DIGIC, Venus Engine, and other fancy names for mundane products

Picture of the Canon G7

Digital cameras need a computer processor inside to do their imaging magic, just like a lot of devices. My cellphone has one. My wife's iPod has one. Unlike my cellphone, which isn't advertised as having a Moto-Blast processor or something silly like that, some of the camera manufacturers have given their processor a name. In fact, they also give it a generation number. The first version was a "DIGIC", which was then followed by a "DIGIC II" and more recently, the "DIGIC III".

Since Canon advertises these names, people start to compare different models based on the processor.

I think that folks should understand that all the DIGIC contains is a CPU (just like your computer) with some special functions to convert the image data out of the sensor into JPEG or RAW files. And control ports for all of the buttons and display bits. Without any software to tell the camera what to do, the camera is about as useful as a brick. Your camera needs some software, which is usually referred to as "Firmware".

Canon, in the interest of saving programmer time, seems to have a bunch of software that's shared between all cameras. This is kind of like Windows... everybody doesn't have to write their own version of windows when they just want to write a pocket calculator program, and even though your computer may not have a TV-input port, Windows can still support computers with a TV-input port. Canon bundles up all of the software for the camera into a nice package, most of it common between all cameras, some of it not and stores it on some flash RAM in the device.

It's important to remember that many things are not functions of the hardware, just the software. For example, folks have discovered is that you can turn on and off a bunch of hidden functionality on certain Canon cameras. All of the DIGIC II model cameras can be coaxed into letting you save RAW images, for example, probably to help the developers fine-tune their software.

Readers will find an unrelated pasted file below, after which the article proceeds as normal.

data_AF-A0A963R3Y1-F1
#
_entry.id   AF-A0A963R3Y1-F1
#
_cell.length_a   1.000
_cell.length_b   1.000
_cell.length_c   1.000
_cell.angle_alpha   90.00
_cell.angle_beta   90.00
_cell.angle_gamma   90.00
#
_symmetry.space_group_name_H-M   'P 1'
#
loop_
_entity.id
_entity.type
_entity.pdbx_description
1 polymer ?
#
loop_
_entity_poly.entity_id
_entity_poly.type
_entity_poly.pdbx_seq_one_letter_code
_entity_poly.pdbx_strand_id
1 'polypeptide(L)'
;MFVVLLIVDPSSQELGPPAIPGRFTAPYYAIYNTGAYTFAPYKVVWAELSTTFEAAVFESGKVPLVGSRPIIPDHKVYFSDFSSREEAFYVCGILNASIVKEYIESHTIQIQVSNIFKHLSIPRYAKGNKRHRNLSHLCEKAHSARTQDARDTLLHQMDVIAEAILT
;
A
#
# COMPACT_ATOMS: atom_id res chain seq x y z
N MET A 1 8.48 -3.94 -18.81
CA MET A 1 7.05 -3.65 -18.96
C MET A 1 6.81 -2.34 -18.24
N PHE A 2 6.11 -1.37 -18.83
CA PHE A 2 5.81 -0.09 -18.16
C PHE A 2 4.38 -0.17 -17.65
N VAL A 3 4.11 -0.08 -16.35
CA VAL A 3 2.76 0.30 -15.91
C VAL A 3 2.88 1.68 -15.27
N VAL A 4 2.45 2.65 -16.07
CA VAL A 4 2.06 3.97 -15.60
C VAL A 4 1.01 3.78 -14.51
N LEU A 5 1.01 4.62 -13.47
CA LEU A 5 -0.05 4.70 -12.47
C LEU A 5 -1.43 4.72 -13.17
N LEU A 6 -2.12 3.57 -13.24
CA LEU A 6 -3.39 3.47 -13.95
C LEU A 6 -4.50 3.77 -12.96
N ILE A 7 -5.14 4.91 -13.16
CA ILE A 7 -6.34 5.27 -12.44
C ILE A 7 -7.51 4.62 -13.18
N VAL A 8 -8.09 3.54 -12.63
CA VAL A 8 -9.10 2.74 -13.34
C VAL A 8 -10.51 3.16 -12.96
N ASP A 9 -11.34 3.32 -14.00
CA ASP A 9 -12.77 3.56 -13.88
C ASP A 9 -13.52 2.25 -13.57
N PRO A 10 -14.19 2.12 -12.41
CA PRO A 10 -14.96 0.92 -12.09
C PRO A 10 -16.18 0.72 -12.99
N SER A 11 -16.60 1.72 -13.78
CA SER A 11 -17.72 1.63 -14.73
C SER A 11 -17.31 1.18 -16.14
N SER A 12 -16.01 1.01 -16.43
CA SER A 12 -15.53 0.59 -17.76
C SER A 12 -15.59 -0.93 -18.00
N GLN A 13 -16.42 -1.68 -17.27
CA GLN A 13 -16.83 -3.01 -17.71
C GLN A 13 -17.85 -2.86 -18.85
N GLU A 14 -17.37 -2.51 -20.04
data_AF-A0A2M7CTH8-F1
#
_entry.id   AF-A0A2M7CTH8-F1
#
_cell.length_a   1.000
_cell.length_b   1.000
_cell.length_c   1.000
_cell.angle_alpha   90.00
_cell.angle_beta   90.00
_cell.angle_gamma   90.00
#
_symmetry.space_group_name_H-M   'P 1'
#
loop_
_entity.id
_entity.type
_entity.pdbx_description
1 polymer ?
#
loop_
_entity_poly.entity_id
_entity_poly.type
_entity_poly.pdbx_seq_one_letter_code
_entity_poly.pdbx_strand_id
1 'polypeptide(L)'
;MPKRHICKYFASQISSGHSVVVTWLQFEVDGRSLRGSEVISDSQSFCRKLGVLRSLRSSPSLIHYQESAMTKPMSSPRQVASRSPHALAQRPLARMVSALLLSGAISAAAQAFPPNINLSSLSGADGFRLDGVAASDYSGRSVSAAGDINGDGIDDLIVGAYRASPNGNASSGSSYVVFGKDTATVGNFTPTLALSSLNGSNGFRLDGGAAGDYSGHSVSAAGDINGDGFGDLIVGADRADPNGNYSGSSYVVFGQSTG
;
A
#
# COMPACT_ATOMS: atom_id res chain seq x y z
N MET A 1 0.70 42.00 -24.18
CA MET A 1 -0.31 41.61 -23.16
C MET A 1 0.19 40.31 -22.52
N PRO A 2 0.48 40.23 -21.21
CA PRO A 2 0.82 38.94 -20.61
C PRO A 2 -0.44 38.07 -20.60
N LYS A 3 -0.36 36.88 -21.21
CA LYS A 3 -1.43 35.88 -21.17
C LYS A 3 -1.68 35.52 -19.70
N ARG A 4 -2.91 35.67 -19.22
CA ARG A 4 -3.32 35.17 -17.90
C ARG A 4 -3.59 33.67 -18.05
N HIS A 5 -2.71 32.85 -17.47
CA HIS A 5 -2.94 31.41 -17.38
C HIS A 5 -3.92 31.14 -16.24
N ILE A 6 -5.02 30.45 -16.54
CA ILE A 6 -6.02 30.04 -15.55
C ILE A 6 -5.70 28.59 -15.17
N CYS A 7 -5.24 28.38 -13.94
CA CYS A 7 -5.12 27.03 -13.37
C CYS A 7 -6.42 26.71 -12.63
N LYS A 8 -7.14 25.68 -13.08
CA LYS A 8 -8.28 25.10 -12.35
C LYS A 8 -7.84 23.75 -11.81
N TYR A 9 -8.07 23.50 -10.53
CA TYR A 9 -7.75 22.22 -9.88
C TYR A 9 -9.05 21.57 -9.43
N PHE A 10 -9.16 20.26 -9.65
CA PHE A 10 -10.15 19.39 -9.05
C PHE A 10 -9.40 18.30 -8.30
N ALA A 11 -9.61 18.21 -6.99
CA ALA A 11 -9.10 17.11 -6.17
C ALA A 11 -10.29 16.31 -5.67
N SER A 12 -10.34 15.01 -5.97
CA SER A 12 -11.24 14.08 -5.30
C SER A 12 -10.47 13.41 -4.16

With the DIGIC III hardware, Canon used the additional CPU power to tweak some of the software, adding face-detection autofocus and changing how the noise reduction algorithm works. This puts us photographers in a fun position because the CHDK software only works on the DIGIC II cameras and some folks like the way that the old noise reduction algorithm worked, even though the DIGIC III processor is otherwise better. All of this is not a matter of the new processor magically supporting fundamentally new features, just a matter of the new processor having more CPU power.

EOS 1D Mk 3

While we are on the subject... many many things can be tweaked by Canon after the fact by downloading new versions of the software. However, unless it is a glaring flaw in the camera, it is not likely that your favorite feature will be fixed. The notable exception is the highest of the high end cameras, because Canon actually has a long-term relationship with these folks and they generally won't spend between three and eight thousand dollars very often. Otherwise, Canon will either chose to ignore any complaints (for example, people have been complaining about the lack of RAW for a long long time now, and Canon isn't budging there) or release the fixes as a new version of the camera (for example, people weren't using the "Direct print" button, so newer cameras now let you assign a function to it, but older cameras, even though it's a quick software change, can't).

Remember, every time they release a firmware update, they have to spend a bunch of time and money making sure that there are no bugs, that it installs without breaking your camera, etc. So unless the firmware update is going to really sell more cameras, it's not going to be worth Canon's time.


I prefer weirder names myself. I failed at getting a project code named "Power Tentacle" but I did manage to get a project named "Max Headroom". Someday, I'm going to get something named "Failboat"

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